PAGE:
Showcase your work and win a chance to €45,000 in prizes by applying
for the first ever Data Journalism Awards

In an age of overwhelming abundance of data, journalists and media
organisations are learning to separate signal from noise in order to provide
valuable insights to society. From the Guardian to the New York Times, La
Stampa to Die Zeit, journalists and media organisations are experimenting
with new ways of using data to improve reportage of complex issues and
to give readers direct access to the sources behind the headlines. As Tim
Berners-Lee says, “data-driven journalism is the future.”

To recognize and showcase outstanding work, as well as highlight best
practices in this fast-growing field, the first international Data Journalism
Awards (DJA) has been established this year. The DJA is organised by the
Global Editors and is sponsored by Google. The competition is run by the
European Journalism Centre.

A jury of data journalism experts and editors from all over the world, including
from prestigious organisations like New York Times, Reuters, and Les Echos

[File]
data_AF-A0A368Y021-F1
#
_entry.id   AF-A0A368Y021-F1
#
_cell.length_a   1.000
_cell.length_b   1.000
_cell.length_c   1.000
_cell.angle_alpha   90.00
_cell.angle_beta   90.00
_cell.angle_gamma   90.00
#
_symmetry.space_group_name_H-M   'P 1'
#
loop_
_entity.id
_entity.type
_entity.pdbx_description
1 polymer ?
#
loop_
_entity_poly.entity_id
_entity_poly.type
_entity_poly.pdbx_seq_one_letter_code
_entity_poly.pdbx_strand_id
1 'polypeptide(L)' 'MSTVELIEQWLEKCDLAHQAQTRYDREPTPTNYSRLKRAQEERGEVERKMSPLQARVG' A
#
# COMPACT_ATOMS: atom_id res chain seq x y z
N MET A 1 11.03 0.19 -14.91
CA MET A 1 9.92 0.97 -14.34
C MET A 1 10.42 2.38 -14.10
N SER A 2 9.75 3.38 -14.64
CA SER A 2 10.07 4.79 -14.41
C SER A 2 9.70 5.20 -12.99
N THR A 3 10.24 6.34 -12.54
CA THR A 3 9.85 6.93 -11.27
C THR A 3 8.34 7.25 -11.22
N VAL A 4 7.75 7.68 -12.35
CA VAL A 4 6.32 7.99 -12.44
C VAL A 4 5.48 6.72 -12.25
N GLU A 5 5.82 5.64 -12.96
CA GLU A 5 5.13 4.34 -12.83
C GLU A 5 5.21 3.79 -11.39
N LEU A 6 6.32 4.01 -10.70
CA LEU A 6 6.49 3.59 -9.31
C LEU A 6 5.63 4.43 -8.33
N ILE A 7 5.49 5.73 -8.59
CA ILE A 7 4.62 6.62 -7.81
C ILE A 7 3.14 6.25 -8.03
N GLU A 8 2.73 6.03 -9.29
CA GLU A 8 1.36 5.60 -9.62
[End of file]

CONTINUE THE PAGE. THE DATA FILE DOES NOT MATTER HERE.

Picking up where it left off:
will award a total of €45,000 (over $55,000) to six winners. The jury is headed
by Paul Steiger, founder of ProPublica.

There are three award categories awarded at both (i) national and
international and (ii) local and regional levels to give a total of six prizes. The
three categories are:

  1. Data-driven investigative journalism
  2. Data visualisation & storytelling
  3. Data-driven applications

##How to apply

The competition is open to media companies, non-profit organisations,
freelancers and individuals. Applicants are welcome to submit their best data
journalism projects before 10 April 2012 at

Find out more about the competition and how to apply
at If you have any questions about the competition
get in touch with Liliana Bounegru, DJA Coordinator (bounegru [at] ejc [dot] net).

Relevant links:
Facebook page:
Twitter: @ddjournalism, @EditorsNet
Twitter hashtag #dja

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Liliana Bounegru is a new media researcher at the King’s College London Department of Digital Humanities and the co-founder of Public Data Lab. She is the editor of the Data Journalism Handbook and the Public Data Lab's Field Guide to Fake News.

Previously she was an editor at the School of Data blog and project manager on data journalism at the European Journalism Centre (EJC). Her work at the EJC included coordinating and co-editing The Data Journalism Handbook, coordinating the first edition of the Data Journalism Awards and running trainings and conferences. Liliana holds an MA in New Media and Digital Culture and a Research MA in Media Studies from the University of Amsterdam. She blogs at